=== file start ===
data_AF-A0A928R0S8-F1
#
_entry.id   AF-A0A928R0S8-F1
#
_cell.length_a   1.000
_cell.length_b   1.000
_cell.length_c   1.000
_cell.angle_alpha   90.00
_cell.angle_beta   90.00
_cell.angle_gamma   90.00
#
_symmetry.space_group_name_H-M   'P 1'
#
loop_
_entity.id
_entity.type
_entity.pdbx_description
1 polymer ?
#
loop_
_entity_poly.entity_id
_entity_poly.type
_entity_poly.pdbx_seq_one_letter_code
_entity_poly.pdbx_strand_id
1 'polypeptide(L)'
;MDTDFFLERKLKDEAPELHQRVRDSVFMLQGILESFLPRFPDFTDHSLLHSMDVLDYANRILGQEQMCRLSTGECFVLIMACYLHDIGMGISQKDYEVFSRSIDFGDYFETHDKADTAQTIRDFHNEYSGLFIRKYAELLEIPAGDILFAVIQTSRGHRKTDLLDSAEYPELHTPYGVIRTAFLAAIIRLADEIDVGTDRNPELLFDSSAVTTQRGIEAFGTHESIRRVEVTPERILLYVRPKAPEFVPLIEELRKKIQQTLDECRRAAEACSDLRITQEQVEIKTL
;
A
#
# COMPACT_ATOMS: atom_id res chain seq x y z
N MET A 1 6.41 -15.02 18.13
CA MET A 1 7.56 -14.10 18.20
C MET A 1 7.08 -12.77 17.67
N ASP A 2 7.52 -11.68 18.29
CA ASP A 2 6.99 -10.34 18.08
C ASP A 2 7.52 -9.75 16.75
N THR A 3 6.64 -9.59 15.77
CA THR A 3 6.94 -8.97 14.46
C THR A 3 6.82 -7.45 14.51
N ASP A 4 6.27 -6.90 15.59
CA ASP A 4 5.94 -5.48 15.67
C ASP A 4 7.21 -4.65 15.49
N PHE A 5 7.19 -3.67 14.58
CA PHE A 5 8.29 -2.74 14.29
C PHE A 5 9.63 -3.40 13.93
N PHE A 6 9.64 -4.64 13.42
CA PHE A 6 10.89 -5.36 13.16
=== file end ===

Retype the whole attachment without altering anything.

data_AF-A0A928R0S8-F1
#
_entry.id   AF-A0A928R0S8-F1
#
_cell.length_a   1.000
_cell.length_b   1.000
_cell.length_c   1.000
_cell.angle_alpha   90.00
_cell.angle_beta   90.00
_cell.angle_gamma   90.00
#
_symmetry.space_group_name_H-M   'P 1'
#
loop_
_entity.id
_entity.type
_entity.pdbx_description
1 polymer ?
#
loop_
_entity_poly.entity_id
_entity_poly.type
_entity_poly.pdbx_seq_one_letter_code
_entity_poly.pdbx_strand_id
1 'polypeptide(L)'
;MDTDFFLERKLKDEAPELHQRVRDSVFMLQGILESFLPRFPDFTDHSLLHSMDVLDYANRILGQEQMCRLSTGECFVLIMACYLHDIGMGISQKDYEVFSRSIDFGDYFETHDKADTAQTIRDFHNEYSGLFIRKYAELLEIPAGDILFAVIQTSRGHRKTDLLDSAEYPELHTPYGVIRTAFLAAIIRLADEIDVGTDRNPELLFDSSAVTTQRGIEAFGTHESIRRVEVTPERILLYVRPKAPEFVPLIEELRKKIQQTLDECRRAAEACSDLRITQEQVEIKTL
;
A
#
# COMPACT_ATOMS: atom_id res chain seq x y z
N MET A 1 6.41 -15.02 18.13
CA MET A 1 7.56 -14.10 18.20
C MET A 1 7.08 -12.77 17.67
N ASP A 2 7.52 -11.68 18.29
CA ASP A 2 6.99 -10.34 18.08
C ASP A 2 7.52 -9.75 16.75
N THR A 3 6.64 -9.59 15.77
CA THR A 3 6.94 -8.97 14.46
C THR A 3 6.82 -7.45 14.51
N ASP A 4 6.27 -6.90 15.59
CA ASP A 4 5.94 -5.48 15.67
C ASP A 4 7.21 -4.65 15.49
N PHE A 5 7.19 -3.67 14.58
CA PHE A 5 8.29 -2.74 14.29
C PHE A 5 9.63 -3.40 13.93
N PHE A 6 9.64 -4.64 13.42
CA PHE A 6 10.89 -5.36 13.16